Modern firewalls, Intrusion Prevention Systems (IPS), Web Application Firewalls (WAF) and other such systems can be configured to persistently ban or block requests from specific IP addresses, or deny all requests except those coming from specific IP addresses (or indeed a combination of both approaches).
Your system may take a default-deny approach, where any IP address not in the allow-list is denied access; or a default-allow list where any IP address not in the deny-list is allowed access. In a default-allow system, if an IP addresses is flagged as making malicious requests then it will be added to the deny list, either temporarily or permanently.
An allow-list ensure that requests from the specified IP addresses are allowed through in both cases, even if the address is seen to make malicious requests.
It is also possible to have both such system in place - for example you may have a primary allow-list which lists the only IP addresses allowed to make requests, but even addresses on that list may be added to a deny-list and blocked if they are seen to make malicious requests. In this case you may find you have a second allow-list, which lists IP addresses which should be excused from the deny-list (even if they make malicious looking requests).
An example request might first hit your firewall which takes default-deny approach. The request is in the firewall's allow-list and so is allowed through. Next the request is evaluated by your WAF and found to be malicious, and is therefore blocked. The WAF also adds the source IP address to its deny-list for 1 hour, meaning all further requests from that address are blocked by the WAF for one hour, even though they are in the firewall's allow-list. To ensure the requests are allowed through, the address must be in the firewall's allow list and the WAF's allow-list.
CDNs and DDOS mitigation tools like Cloudflare often do something similar and have their own allow-lists.
- Why Should AppCheck Be In The Allow-List?
- Doesn't Adding AppCheck To An Allow-List Make it an Unfair Test?
- Can AppCheck be Used to Test the Effectiveness of my Intrusion Prevention System?
- AppCheck's IP Addresses
Why Should AppCheck Be In The Allow-List?
AppCheck needs access to your application and infrastructure to scan them. To detect and confirm the presence of vulnerabilities AppCheck intentionally submits malicious looking requests that work just like an actual attack, simply with a harmless effect. Consequently an IPS/WAF that sees AppCheck's requests will block them if not instructed otherwise. If AppCheck's requests are blocked it cannot detect vulnerabilities.
Doesn't Adding AppCheck To An Allow-List Make it an Unfair Test?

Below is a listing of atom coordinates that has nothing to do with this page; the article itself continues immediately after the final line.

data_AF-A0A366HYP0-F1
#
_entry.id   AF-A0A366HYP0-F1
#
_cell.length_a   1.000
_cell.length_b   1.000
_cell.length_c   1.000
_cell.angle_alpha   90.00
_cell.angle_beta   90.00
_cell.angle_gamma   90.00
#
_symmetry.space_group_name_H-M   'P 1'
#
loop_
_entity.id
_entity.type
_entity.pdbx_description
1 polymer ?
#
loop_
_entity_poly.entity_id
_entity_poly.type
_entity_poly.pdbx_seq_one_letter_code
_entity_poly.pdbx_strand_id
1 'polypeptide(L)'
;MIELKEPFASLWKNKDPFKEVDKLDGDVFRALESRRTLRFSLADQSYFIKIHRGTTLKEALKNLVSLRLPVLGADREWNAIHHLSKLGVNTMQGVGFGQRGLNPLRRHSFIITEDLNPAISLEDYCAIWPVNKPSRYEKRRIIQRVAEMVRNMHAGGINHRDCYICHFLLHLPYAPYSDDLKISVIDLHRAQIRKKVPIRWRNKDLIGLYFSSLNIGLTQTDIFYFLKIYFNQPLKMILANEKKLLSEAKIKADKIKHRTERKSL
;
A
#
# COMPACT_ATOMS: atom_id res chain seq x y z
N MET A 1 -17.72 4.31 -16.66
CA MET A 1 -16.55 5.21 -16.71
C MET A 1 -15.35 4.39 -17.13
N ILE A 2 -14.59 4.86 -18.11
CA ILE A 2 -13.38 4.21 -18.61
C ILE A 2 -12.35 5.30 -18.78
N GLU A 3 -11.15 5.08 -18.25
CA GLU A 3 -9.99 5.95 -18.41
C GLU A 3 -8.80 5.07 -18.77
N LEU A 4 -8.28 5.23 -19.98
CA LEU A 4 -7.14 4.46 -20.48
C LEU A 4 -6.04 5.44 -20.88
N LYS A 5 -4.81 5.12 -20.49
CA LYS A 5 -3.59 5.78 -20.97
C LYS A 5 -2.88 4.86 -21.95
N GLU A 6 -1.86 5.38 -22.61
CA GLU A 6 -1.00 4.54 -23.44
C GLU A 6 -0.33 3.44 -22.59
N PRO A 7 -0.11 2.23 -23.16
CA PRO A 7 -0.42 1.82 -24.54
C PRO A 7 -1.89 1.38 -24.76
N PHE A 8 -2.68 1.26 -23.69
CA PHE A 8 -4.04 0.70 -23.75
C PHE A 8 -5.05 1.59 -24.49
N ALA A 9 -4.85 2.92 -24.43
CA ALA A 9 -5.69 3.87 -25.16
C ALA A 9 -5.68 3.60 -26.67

AppCheck aims to detect as many security flaws as possible, safely and accurately. The aim of a vulnerability scan is not to "test" the scanner's ability to model a malicious attack, or to bypass mitigation systems like IPS and WAFs, but rather to detect as many vulnerabilities in the underlying application as possible, in order that they may be fixed before being exploited
AppCheck makes no attempt to conceal itself or to fool your IPS/WAF - it makes a large number of malicious looking attacks in a short period of time. Any IPS/WAF should easily detect (and block) this behavior. An actual attacker however would likely make a far smaller number of highly targeted requests, which is much harder to detect, and they may well take steps to fool or bypass your IPS/WAF. If they succeed they would have access to your application in a way AppCheck did not (if it were not in your allow-list) and would be able to exploit vulnerabilities of which you were unaware.
Can AppCheck be Used to Test the Effectiveness of my Intrusion Prevention System?
AppCheck, like all vulnerability scanners, will trigger IPS rules. There are several approaches that can be adopted to test the IPS as well as the target applications and systems.
A common approach is to run two scans, one with AppCheck in the allow-list enabled and another without. It is recommended that the IPS system is configured to block known attacks, but not add the source IP address to the deny list (otherwise you would need to manually remove the addresses from the deny-list before running the other scan). If you see vulnerabilities in the allow-list scan but not in the other, then this suggests the IPS/WAF is offering some protection against exploitation of that vulnerability (but see the previous section for why this is not necessarily adequate protection).
AppCheck's IP Addresses
An up to date list is maintained in the following FAQ: AppCheck's IP Range